Composition or inheritance for delegating page methods?

The thing I like to do when creating a page object pattern for automated web testing is delegating any methods that don’t belong to the Page object itself.

For example, a very simple page object model like this GoogleHomePage doesn’t delegate any methods to the Browser object.

require "rubygems"
require "watir-webdriver"

class GoogleHomePage
  def initialize(browser)
    @browser = browser
  end
  def visit
    @browser.goto "www.google.com"
  end
end

b = Watir::Browser.new :firefox
p = GoogleHomePage.new b
p.visit
puts p.title
p.close

So, the p.title and p.close statements both fail with an error: undefined method `goto' for # (NoMethodError).

One approach would be simply to write appropriate methods for what you would do on the Browser object. For example:

require "rubygems"
require "watir-webdriver"

class GoogleHomePage
  def initialize(browser)
    @browser = browser
  end
  def visit
    @browser.goto "www.google.com"
  end
  def title
    @browser.title
  end
  def close
    @browser.close
  end
end

b = Watir::Browser.new :firefox
p = GoogleHomePage.new b
p.visit
puts p.title
p.close

But this isn’t DRY. It means every method of Browser you access to needs to be rewritten. But I often see this happen.

What we should be doing is simply delegating any methods that don’t exist on the Page object to the Browser object which is passed in at initialization. There are two ways I know of to do this: inheritance delegation and composition.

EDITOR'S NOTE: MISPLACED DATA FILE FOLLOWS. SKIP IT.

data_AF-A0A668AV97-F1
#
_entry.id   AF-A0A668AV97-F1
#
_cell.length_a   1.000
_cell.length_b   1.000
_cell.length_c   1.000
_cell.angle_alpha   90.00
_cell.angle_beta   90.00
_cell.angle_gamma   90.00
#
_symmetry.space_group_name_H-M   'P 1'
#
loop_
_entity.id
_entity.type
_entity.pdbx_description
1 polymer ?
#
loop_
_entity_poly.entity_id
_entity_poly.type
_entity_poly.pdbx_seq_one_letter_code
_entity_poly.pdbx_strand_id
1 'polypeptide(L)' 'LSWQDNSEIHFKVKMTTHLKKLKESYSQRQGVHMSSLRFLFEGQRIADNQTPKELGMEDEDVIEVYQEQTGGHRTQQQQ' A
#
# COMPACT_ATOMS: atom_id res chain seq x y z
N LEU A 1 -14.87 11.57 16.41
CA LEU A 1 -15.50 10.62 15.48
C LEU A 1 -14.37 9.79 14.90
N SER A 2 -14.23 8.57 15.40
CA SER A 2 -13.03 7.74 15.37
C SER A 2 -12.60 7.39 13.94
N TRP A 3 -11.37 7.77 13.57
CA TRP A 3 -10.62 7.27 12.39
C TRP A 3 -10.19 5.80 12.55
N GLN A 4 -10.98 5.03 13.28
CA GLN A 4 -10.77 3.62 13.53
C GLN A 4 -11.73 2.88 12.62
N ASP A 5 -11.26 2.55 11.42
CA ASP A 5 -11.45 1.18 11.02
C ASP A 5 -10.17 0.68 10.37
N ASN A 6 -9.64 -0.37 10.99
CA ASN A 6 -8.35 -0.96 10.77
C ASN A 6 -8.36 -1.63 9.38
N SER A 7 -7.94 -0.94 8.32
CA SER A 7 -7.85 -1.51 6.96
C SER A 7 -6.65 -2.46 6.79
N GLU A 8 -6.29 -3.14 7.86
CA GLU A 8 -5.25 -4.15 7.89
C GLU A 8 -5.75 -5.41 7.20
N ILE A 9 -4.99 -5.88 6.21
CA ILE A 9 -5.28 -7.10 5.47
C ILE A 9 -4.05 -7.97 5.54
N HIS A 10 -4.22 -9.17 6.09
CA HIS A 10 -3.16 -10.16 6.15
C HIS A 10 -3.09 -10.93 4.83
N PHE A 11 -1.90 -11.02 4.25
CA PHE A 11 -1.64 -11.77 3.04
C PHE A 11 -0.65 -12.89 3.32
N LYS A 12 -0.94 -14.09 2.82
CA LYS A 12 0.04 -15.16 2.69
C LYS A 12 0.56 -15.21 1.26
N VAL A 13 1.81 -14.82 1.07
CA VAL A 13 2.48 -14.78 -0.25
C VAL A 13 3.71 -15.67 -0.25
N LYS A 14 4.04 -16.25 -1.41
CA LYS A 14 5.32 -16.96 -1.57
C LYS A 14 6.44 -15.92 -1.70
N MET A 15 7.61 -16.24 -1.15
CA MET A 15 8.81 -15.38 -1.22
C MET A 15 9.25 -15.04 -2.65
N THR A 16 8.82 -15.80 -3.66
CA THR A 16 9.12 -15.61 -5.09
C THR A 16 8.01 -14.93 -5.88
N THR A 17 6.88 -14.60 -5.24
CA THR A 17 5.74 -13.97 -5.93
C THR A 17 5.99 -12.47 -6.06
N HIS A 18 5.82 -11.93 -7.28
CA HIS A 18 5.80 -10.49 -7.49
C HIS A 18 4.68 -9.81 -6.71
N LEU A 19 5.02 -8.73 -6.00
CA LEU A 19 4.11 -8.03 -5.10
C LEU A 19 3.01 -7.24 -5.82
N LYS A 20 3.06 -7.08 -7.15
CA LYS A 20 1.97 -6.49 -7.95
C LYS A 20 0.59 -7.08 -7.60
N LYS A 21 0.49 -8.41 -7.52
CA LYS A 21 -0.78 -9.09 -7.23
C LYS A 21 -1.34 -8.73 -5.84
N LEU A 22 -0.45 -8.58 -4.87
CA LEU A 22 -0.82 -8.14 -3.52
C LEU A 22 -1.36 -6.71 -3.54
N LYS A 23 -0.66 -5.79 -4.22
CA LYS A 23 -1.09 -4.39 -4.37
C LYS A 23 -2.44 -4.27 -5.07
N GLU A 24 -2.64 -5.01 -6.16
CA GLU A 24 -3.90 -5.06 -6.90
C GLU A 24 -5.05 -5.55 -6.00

Inheritance Delegation

Inheritance delegation means changing our class so it delegates appropriately using a DelegateClass. This means anything of class Browser is delegated.

For example:

require "rubygems"
require "watir-webdriver"

class GoogleHomePage < DelegateClass(Watir::Browser) 
  def initialize(browser)
    super(browser)
  end
  def visit
    self.goto "www.google.com"
  end
end

b = Watir::Browser.new :firefox
p = GoogleHomePage.new b
p.visit
puts p.title
p.close

From this point forward you don’t need to refer to @browser, instead you just refer to self in your class.

Composition

Composition is about composing the class of different elements, some of which are passed to the browser. This essentially involves creating a method_missing method and passing these methods to the instance variable @browser.

require "rubygems"
require "watir-webdriver"

class GoogleHomePage
  def initialize(browser)
    @browser = browser
  end
  def method_missing(sym, *args, &block)
    @browser.send sym, *args, &block
  end
  def visit
    @browser.goto "www.google.com"
  end
end

b = Watir::Browser.new :firefox
p = GoogleHomePage.new b
p.visit
puts p.title
p.close

This means that any reference to the Browser object still needs to refer to @browser throughout the class.

Inheritance or Composition?

You can see from the examples above, both approaches are very similar, but from researching these, it seems that most people prefer composition to inheritance in ruby, mainly due to maintainability of class chains. In our example, the inheritance chain is small and very simple, so I don’t think this poses a great maintainability issue.

What do you think? What would you prefer?

Author: Alister Scott

Alister is an Excellence Wrangler for Automattic.

15 thoughts on “Composition or inheritance for delegating page methods?”

  1. I don’t really understand this example (perhaps because it’s fairly minimal). Why does your GoogleHomePage object need a browser’s goto method? It doesn’t seem to belong there…